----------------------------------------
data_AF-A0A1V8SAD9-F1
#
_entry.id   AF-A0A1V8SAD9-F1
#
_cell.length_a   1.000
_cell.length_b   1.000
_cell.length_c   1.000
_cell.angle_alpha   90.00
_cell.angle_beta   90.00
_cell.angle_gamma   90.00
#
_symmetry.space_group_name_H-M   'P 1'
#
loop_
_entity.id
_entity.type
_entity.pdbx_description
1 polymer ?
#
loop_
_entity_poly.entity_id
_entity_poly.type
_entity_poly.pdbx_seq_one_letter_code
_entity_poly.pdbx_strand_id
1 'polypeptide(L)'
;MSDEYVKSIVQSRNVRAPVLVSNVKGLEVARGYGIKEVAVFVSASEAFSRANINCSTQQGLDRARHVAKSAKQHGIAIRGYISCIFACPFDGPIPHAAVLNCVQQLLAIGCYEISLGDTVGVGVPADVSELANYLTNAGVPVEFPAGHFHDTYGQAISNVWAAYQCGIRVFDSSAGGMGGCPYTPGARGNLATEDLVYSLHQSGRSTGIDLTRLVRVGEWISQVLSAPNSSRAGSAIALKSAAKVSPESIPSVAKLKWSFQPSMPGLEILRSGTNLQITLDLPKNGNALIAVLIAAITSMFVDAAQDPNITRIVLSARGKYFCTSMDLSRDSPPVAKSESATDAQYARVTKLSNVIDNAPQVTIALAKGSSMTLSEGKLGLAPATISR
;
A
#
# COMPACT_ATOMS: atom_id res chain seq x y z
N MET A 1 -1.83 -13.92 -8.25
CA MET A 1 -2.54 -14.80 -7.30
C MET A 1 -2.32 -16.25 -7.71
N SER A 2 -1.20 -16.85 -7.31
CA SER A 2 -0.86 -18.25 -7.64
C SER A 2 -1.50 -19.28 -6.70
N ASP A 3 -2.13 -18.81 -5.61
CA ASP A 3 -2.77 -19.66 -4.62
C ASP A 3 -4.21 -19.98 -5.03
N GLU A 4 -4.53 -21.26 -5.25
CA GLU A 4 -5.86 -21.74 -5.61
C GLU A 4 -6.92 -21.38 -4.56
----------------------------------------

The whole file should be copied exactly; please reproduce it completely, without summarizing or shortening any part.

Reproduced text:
data_AF-A0A1V8SAD9-F1
#
_entry.id   AF-A0A1V8SAD9-F1
#
_cell.length_a   1.000
_cell.length_b   1.000
_cell.length_c   1.000
_cell.angle_alpha   90.00
_cell.angle_beta   90.00
_cell.angle_gamma   90.00
#
_symmetry.space_group_name_H-M   'P 1'
#
loop_
_entity.id
_entity.type
_entity.pdbx_description
1 polymer ?
#
loop_
_entity_poly.entity_id
_entity_poly.type
_entity_poly.pdbx_seq_one_letter_code
_entity_poly.pdbx_strand_id
1 'polypeptide(L)'
;MSDEYVKSIVQSRNVRAPVLVSNVKGLEVARGYGIKEVAVFVSASEAFSRANINCSTQQGLDRARHVAKSAKQHGIAIRGYISCIFACPFDGPIPHAAVLNCVQQLLAIGCYEISLGDTVGVGVPADVSELANYLTNAGVPVEFPAGHFHDTYGQAISNVWAAYQCGIRVFDSSAGGMGGCPYTPGARGNLATEDLVYSLHQSGRSTGIDLTRLVRVGEWISQVLSAPNSSRAGSAIALKSAAKVSPESIPSVAKLKWSFQPSMPGLEILRSGTNLQITLDLPKNGNALIAVLIAAITSMFVDAAQDPNITRIVLSARGKYFCTSMDLSRDSPPVAKSESATDAQYARVTKLSNVIDNAPQVTIALAKGSSMTLSEGKLGLAPATISR
;
A
#
# COMPACT_ATOMS: atom_id res chain seq x y z
N MET A 1 -1.83 -13.92 -8.25
CA MET A 1 -2.54 -14.80 -7.30
C MET A 1 -2.32 -16.25 -7.71
N SER A 2 -1.20 -16.85 -7.31
CA SER A 2 -0.86 -18.25 -7.64
C SER A 2 -1.50 -19.28 -6.70
N ASP A 3 -2.13 -18.81 -5.61
CA ASP A 3 -2.77 -19.66 -4.62
C ASP A 3 -4.21 -19.98 -5.03
N GLU A 4 -4.53 -21.26 -5.25
CA GLU A 4 -5.86 -21.74 -5.61
C GLU A 4 -6.92 -21.38 -4.56